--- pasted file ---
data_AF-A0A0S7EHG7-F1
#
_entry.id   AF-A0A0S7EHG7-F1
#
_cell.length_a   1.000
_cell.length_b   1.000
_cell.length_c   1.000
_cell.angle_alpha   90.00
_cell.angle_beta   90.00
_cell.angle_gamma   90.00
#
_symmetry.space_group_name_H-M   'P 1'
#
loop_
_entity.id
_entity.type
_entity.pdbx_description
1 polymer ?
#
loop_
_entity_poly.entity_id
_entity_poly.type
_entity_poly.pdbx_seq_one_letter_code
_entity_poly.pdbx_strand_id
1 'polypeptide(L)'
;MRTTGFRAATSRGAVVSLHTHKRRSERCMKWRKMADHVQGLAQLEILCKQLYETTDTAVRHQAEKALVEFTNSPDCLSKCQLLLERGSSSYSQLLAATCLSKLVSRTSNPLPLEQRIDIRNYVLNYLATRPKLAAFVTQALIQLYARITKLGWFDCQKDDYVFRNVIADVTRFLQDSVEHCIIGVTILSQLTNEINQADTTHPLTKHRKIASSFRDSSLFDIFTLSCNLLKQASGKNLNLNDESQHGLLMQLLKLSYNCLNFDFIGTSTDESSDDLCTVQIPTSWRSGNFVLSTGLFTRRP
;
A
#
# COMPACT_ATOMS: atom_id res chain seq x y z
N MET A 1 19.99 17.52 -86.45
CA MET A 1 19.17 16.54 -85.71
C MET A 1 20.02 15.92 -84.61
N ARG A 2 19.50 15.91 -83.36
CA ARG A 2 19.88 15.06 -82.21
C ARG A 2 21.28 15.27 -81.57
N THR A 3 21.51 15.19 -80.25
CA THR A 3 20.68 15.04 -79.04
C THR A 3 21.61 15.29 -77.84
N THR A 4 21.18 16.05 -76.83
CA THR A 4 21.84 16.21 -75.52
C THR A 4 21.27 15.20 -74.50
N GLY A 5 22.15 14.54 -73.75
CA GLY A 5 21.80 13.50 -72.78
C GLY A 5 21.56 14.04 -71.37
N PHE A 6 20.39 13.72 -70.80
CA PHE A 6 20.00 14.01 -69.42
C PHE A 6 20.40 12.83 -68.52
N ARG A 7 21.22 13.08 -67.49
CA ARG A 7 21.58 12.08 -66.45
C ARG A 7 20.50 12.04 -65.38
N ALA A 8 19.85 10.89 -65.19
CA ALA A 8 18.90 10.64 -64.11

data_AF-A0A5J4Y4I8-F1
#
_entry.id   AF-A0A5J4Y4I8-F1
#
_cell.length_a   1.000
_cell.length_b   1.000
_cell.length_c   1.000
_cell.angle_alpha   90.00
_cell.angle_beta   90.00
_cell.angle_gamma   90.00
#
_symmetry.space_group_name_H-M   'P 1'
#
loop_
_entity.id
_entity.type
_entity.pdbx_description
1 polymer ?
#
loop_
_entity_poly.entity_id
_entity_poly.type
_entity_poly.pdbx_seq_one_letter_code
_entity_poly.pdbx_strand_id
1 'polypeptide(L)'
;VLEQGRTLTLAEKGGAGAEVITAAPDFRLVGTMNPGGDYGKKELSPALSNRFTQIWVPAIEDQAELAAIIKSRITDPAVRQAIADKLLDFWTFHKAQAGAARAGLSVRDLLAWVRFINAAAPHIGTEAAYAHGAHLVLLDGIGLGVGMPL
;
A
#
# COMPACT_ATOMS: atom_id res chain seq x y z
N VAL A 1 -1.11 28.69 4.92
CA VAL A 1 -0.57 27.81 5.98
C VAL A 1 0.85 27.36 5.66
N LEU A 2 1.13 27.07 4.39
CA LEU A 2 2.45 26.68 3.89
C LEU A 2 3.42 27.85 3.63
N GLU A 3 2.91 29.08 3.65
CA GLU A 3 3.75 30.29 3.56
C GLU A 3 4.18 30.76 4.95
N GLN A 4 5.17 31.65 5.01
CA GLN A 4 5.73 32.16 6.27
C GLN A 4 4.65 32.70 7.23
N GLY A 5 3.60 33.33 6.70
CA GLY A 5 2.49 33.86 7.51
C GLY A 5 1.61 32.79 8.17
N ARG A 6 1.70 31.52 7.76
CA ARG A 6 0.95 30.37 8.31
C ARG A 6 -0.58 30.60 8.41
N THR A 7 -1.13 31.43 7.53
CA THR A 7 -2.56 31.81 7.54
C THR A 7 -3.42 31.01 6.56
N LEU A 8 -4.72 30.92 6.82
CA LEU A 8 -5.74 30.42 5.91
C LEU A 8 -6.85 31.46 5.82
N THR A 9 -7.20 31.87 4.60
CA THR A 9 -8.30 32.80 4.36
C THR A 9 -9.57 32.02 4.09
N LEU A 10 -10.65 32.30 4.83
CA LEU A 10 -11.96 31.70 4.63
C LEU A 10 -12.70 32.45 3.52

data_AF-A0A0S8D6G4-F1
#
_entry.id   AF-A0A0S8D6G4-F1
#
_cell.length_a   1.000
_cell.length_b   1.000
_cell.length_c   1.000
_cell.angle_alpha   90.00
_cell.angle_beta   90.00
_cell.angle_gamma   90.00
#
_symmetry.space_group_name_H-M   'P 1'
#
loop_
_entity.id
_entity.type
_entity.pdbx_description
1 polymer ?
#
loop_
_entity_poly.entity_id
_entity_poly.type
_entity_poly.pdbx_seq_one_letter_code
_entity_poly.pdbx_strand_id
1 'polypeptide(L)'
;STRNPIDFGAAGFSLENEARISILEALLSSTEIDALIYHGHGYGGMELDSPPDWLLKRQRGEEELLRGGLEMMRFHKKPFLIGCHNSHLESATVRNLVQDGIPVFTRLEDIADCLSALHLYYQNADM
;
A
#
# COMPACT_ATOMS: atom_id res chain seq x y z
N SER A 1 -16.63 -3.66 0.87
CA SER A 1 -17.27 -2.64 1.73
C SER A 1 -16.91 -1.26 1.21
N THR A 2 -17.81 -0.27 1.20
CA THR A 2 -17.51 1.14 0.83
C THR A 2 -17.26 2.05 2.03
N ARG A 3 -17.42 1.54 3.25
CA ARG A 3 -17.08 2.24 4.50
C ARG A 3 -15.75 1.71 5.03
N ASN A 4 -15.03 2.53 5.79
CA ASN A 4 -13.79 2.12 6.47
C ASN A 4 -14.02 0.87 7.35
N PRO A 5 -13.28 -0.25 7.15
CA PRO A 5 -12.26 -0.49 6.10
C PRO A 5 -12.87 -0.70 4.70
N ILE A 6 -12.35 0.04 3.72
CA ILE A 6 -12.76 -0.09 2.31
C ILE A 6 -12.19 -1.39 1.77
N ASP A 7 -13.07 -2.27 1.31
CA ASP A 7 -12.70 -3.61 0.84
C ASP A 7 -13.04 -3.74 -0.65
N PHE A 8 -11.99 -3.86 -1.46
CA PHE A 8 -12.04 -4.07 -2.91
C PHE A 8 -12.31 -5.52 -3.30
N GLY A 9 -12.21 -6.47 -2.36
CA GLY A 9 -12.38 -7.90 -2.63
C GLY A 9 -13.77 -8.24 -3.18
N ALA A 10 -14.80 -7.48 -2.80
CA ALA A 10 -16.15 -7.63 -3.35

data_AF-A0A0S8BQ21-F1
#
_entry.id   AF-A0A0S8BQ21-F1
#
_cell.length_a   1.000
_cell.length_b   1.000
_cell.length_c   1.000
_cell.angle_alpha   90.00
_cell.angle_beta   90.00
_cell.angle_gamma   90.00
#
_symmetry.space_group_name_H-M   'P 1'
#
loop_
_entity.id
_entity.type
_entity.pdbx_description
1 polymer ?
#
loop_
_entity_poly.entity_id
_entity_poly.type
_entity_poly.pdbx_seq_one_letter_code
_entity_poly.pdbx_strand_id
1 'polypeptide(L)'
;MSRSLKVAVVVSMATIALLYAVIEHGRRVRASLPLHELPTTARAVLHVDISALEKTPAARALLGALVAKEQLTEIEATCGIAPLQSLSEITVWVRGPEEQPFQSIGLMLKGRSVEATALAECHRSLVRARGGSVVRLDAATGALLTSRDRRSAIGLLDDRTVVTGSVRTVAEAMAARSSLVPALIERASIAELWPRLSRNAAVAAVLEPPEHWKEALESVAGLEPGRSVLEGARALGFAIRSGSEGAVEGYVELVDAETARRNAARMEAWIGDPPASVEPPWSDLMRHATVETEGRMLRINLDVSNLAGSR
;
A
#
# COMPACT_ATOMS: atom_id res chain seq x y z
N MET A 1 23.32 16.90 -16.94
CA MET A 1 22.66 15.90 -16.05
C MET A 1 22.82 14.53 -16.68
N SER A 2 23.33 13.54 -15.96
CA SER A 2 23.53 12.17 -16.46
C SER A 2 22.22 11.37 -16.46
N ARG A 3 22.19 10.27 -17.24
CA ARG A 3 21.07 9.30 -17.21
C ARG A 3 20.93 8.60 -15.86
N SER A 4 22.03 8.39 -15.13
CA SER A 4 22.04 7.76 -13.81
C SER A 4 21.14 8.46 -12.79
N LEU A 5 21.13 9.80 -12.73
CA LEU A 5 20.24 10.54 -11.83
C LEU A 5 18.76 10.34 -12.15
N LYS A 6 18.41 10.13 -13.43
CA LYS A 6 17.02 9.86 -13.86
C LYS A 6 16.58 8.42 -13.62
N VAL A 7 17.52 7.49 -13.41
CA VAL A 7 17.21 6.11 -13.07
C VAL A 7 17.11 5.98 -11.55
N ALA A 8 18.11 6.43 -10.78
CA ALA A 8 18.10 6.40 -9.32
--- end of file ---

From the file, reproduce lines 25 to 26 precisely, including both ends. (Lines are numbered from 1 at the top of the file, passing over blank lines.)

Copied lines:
1 'polypeptide(L)'
;MRTTGFRAATSRGAVVSLHTHKRRSERCMKWRKMADHVQGLAQLEILCKQLYETTDTAVRHQAEKALVEFTNSPDCLSKCQLLLERGSSSYSQLLAATCLSKLVSRTSNPLPLEQRIDIRNYVLNYLATRPKLAAFVTQALIQLYARITKLGWFDCQKDDYVFRNVIADVTRFLQDSVEHCIIGVTILSQLTNEINQADTTHPLTKHRKIASSFRDSSLFDIFTLSCNLLKQASGKNLNLNDESQHGLLMQLLKLSYNCLNFDFIGTSTDESSDDLCTVQIPTSWRSGNFVLSTGLFTRRP